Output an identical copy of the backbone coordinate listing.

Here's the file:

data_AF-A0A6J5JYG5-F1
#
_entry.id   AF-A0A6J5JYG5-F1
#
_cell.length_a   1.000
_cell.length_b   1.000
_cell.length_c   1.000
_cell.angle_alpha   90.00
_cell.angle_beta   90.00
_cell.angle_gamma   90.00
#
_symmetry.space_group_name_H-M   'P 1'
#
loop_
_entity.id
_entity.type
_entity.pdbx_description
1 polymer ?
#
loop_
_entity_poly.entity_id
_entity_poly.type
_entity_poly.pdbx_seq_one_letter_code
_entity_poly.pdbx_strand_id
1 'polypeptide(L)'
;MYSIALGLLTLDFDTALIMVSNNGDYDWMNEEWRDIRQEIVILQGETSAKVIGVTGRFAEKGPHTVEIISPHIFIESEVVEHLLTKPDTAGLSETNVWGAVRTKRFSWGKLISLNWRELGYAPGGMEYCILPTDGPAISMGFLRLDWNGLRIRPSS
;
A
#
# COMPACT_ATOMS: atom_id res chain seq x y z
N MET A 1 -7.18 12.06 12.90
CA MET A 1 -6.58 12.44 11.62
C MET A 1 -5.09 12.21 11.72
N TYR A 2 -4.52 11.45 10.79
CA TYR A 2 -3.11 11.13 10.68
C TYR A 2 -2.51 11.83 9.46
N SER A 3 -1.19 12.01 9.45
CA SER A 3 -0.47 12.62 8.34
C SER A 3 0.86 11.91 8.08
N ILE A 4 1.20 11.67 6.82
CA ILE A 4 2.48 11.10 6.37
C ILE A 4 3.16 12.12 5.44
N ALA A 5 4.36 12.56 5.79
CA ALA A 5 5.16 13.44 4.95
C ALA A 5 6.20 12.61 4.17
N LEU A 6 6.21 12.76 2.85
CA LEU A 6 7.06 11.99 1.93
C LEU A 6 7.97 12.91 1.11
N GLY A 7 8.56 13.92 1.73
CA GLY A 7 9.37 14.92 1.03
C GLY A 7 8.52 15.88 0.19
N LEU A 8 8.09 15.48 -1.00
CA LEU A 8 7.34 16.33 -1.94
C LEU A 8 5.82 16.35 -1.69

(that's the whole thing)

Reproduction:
data_AF-A0A6J5JYG5-F1
#
_entry.id   AF-A0A6J5JYG5-F1
#
_cell.length_a   1.000
_cell.length_b   1.000
_cell.length_c   1.000
_cell.angle_alpha   90.00
_cell.angle_beta   90.00
_cell.angle_gamma   90.00
#
_symmetry.space_group_name_H-M   'P 1'
#
loop_
_entity.id
_entity.type
_entity.pdbx_description
1 polymer ?
#
loop_
_entity_poly.entity_id
_entity_poly.type
_entity_poly.pdbx_seq_one_letter_code
_entity_poly.pdbx_strand_id
1 'polypeptide(L)'
;MYSIALGLLTLDFDTALIMVSNNGDYDWMNEEWRDIRQEIVILQGETSAKVIGVTGRFAEKGPHTVEIISPHIFIESEVVEHLLTKPDTAGLSETNVWGAVRTKRFSWGKLISLNWRELGYAPGGMEYCILPTDGPAISMGFLRLDWNGLRIRPSS
;
A
#
# COMPACT_ATOMS: atom_id res chain seq x y z
N MET A 1 -7.18 12.06 12.90
CA MET A 1 -6.58 12.44 11.62
C MET A 1 -5.09 12.21 11.72
N TYR A 2 -4.52 11.45 10.79
CA TYR A 2 -3.11 11.13 10.68
C TYR A 2 -2.51 11.83 9.46
N SER A 3 -1.19 12.01 9.45
CA SER A 3 -0.47 12.62 8.34
C SER A 3 0.86 11.91 8.08
N ILE A 4 1.20 11.67 6.82
CA ILE A 4 2.48 11.10 6.37
C ILE A 4 3.16 12.12 5.44
N ALA A 5 4.36 12.56 5.79
CA ALA A 5 5.16 13.44 4.95
C ALA A 5 6.20 12.61 4.17
N LEU A 6 6.21 12.76 2.85
CA LEU A 6 7.06 11.99 1.93
C LEU A 6 7.97 12.91 1.11
N GLY A 7 8.56 13.92 1.73
CA GLY A 7 9.37 14.92 1.03
C GLY A 7 8.52 15.88 0.19
N LEU A 8 8.09 15.48 -1.00
CA LEU A 8 7.34 16.33 -1.94
C LEU A 8 5.82 16.35 -1.69